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-Written By: Trey Carden
I wanted an epic maiden voyage for my new Shearwater 125 and what better test than a camping trip on one of America’s longest free-flowing blackwater rivers, the Edisto River? For 700 miles it flows through cypress swamps and low-lying woods before dumping out into the Atlantic Ocean via the ACE Basin. We planned our camping after finding an adventurous 18 mile stretch of river, starting at T Coke Weeks Landing in St. George, SC, and ending at Mars Old Field landing in Cottageville, SC.
After getting every bit of tackle I owned, packing my bags, and a quick detour for my friend Bobby to buy a spare trailer tire, we were at the launch. In my Element 20 cooler, I would keep my sleeping bag and a change of clothes. My tent rode under the front cover and I was able to throw my keys, phone, wallet, and some snacks into the Versa Drawer. There was ample room for my fishing rods with the horizontal rod holders being perfect for navigating the riverbank’s low-lying trees. I was already overly impressed by the amount of storage hidden on this fishing kayak and the overall layout of the deck. Starting out there were plenty of boats and the steep banks were interrupted often with river houses and small-boat slips. We crept along stopping at whatever interesting bends we could find to try to catch a few fish for dinner.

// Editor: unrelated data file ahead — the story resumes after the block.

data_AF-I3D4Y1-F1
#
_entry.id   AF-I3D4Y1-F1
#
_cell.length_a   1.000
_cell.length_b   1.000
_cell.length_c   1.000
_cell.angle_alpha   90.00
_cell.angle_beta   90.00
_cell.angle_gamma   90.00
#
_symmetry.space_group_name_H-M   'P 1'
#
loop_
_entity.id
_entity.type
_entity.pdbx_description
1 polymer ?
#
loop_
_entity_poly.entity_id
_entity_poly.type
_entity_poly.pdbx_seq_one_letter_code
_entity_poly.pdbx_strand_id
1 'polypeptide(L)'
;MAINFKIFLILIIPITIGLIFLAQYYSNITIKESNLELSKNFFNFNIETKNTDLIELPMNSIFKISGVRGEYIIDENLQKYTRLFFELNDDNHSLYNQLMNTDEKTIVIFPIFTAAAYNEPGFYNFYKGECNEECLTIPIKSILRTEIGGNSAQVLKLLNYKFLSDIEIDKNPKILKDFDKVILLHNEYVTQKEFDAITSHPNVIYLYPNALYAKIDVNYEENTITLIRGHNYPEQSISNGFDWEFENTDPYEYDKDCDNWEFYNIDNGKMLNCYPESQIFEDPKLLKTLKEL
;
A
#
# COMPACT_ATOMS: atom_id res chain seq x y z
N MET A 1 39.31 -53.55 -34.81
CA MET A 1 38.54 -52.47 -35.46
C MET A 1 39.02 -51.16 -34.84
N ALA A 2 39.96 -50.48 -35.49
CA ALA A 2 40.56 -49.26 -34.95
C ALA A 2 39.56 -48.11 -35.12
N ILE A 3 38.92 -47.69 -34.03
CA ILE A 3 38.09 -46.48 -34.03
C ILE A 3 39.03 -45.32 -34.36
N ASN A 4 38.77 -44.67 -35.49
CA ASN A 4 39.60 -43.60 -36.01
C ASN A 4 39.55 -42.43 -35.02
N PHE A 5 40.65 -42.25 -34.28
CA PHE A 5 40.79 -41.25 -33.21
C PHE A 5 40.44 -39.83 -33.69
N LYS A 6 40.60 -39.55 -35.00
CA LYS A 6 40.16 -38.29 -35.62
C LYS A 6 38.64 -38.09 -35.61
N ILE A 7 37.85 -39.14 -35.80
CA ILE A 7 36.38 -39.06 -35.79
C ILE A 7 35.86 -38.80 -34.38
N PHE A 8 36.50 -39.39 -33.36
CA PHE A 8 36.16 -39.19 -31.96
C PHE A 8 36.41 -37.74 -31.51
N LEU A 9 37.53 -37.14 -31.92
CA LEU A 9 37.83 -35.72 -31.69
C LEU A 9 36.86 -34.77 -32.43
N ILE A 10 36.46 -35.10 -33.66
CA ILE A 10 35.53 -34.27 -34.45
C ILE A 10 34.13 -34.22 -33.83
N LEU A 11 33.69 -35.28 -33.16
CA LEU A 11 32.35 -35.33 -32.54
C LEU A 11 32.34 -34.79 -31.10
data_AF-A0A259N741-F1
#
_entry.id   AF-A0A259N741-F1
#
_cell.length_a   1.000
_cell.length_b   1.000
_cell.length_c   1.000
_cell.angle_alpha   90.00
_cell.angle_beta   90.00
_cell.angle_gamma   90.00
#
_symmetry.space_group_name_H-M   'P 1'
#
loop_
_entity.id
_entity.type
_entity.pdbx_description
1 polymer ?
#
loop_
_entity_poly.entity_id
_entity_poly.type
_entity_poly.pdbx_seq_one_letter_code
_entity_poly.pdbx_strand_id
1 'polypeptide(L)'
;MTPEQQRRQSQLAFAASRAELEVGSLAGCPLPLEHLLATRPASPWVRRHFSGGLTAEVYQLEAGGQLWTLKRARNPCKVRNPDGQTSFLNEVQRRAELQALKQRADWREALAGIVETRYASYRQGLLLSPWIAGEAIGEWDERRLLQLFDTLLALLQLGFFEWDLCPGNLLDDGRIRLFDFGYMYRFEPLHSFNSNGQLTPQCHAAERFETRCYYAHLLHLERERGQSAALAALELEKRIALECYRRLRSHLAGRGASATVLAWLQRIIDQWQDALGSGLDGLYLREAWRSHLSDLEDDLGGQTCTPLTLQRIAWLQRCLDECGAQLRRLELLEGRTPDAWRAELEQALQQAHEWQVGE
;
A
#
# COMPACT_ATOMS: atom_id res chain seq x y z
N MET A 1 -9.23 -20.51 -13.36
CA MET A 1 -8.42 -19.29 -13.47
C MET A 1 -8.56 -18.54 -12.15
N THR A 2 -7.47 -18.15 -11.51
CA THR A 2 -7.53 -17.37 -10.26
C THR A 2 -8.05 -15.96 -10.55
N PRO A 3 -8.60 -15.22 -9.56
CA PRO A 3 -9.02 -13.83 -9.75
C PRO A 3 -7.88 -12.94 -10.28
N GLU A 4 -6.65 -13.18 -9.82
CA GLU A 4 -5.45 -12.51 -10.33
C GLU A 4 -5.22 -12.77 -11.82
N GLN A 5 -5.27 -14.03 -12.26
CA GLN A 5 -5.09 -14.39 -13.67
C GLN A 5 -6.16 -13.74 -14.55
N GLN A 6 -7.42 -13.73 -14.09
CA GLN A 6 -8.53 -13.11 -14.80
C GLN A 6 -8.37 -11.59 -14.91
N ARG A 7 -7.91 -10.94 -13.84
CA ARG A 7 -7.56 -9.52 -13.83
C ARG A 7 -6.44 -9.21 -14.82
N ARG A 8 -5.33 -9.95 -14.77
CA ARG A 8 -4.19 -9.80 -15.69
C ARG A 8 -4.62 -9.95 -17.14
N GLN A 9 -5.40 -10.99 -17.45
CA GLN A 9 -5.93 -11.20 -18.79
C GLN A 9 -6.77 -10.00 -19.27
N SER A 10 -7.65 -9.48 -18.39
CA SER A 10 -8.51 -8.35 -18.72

As the day wore on, we drifted further downriver, there were fewer boats, we heard less traffic and encountered fewer houses. The best part of river camping is when you finally find the wildest part of the river and you can just enjoy drifting through nature. The river sped up a little and we had to dodge some submerged logs and places where the path forward was almost blocked by fallen trees. It was just enough chaos to make the trip a little more exciting and gave me a good chance to try maneuvering my new fishing kayak through current and sharp turns. By the time we arrived at our campsite, mid-way through our trip, we had five or six good-sized Bluegill and a nice Crappie to fry up on the beach. We took some of the Bluegill heads and put out a line that caught a nice 32” Bullhead Catfish right after we started our makeshift fish fry.
After breaking down camp the next morning. and leaving no trace, we were back on the river. The second leg of the river had more turns but overall, it was easy going. Most of the day was just a steady drift with only a few presses of the toe pedals to correct course and stay out of the trees when rounding a bend. During the last mile, I flung my leg over the side of Bobby’s Jon Boat and hitched a ride. We had cold drinks and jumped right into planning the next trip. Another great camping trip in the books and a great weekend to be in a Vibe Kayak.